White mold and irrigation water management in soybeans program, March 5 in Indiana

Participants will learn new information regarding white mold and irrigation water management, the top two barriers to producing high-yielding soybeans under irrigation.

Soybean producers have identified white mold and irrigation water management as the two main challenges associated with irrigated soybean production. In response, the Indiana Soybean Alliance, the Michigan Soybean Promotion Committee, Michigan State University Extension and Purdue University Extension are cooperating to conduct a White Mold and Irrigation Water Management in Soybeans educational program to address these and other issues related to irrigated soybean production. The program will be held Thursday, March 5, 2015, from 8:30 a.m. to 3:30 p.m. at the Blue Gate Restaurant, 195 North Van Buren St., Shipshewana, IN 46565.

Presenters from North Dakota State University, MSU and Purdue University will cover the following topics:

  • Managing white mold and sudden death syndrome under irrigation.
  • A summary of a multi-state research project evaluating various high-yield soybean management practices.
  • Soybean growth development and yield.
  • Soybean irrigation water management concepts.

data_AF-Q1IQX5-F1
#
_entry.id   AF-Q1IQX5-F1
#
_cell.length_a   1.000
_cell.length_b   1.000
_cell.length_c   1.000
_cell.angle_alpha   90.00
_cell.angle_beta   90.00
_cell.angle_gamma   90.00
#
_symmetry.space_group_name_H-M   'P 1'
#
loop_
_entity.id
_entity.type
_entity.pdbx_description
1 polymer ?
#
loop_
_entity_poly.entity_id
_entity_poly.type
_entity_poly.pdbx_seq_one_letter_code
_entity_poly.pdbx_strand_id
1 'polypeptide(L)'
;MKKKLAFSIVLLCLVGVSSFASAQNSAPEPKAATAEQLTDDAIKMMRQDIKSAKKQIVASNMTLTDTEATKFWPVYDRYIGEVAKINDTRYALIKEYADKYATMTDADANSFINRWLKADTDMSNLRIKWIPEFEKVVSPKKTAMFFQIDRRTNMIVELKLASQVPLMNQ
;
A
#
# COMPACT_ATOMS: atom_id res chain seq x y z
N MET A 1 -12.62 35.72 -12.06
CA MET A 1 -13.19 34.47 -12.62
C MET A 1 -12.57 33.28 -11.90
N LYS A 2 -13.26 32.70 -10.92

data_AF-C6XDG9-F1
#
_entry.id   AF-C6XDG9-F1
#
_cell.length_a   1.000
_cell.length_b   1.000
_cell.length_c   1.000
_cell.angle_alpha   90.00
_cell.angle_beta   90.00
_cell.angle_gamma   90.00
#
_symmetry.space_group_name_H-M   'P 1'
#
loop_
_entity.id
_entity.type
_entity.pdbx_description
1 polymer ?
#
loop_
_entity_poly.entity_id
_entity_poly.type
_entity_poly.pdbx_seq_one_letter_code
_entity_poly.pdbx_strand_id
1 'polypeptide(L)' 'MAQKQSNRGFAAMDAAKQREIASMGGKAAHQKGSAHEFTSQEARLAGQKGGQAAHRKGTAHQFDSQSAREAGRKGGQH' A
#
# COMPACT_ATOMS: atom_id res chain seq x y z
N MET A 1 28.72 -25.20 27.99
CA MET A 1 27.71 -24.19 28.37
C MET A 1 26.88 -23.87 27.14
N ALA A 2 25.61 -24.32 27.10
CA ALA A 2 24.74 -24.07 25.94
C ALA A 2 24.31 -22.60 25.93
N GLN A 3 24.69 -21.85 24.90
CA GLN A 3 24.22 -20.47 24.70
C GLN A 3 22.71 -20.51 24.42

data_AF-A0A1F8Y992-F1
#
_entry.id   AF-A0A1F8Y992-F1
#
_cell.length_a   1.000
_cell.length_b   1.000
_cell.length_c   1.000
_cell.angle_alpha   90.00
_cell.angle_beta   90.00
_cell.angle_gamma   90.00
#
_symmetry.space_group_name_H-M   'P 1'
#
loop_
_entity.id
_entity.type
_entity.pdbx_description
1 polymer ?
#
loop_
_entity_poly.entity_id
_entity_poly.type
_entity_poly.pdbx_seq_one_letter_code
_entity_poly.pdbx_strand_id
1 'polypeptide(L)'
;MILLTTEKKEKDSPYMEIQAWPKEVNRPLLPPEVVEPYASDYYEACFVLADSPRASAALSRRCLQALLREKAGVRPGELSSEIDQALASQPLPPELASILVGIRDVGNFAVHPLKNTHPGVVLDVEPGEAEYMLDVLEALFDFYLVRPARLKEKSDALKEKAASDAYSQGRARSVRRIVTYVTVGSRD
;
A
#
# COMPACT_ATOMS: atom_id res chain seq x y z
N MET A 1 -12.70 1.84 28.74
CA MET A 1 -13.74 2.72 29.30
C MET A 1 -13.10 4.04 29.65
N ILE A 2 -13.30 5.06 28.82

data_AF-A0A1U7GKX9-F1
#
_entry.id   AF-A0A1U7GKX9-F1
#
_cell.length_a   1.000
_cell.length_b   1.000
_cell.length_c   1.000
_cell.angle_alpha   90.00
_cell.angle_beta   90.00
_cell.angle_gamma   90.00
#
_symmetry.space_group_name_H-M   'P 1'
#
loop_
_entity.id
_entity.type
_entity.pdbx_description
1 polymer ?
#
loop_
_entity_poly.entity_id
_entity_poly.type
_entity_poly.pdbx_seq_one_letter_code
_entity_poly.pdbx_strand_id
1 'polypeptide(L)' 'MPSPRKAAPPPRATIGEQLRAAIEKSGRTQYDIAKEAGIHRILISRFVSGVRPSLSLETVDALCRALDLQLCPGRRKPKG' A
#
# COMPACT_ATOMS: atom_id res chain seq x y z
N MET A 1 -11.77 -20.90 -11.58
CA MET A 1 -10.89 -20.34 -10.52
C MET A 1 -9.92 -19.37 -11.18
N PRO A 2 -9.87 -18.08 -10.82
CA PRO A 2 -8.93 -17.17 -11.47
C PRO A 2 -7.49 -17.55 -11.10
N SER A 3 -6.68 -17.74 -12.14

• A new and improved irrigation scheduling program.

Don Stall, two-time overall winner of the Michigan Soybean Yield Contest, will share his experience with raising high-yielding irrigated soybeans. Indiana producers will earn Pesticide Applicator Records Program (PARP) credits and Michigan producers will earn two pesticide applicator recertification credits.

The Michigan Soybean Promotion Committee and the Indiana Soybean Alliance are covering all costs, so there is no charge for the program. However, pre-registration is requested by registering online or calling 269-673-0370 ext.2562 before noon on Friday, Feb. 27. A complimentary lunch and educational materials will be provided.

This article was produced by the SMaRT project (Soybean Management and Research Technology). The SMaRT project was developed to help Michigan producers increase soybean yields and farm profitability. The SMaRT project is a partnership between Michigan State University Extension and the Michigan Soybean Promotion Committee.

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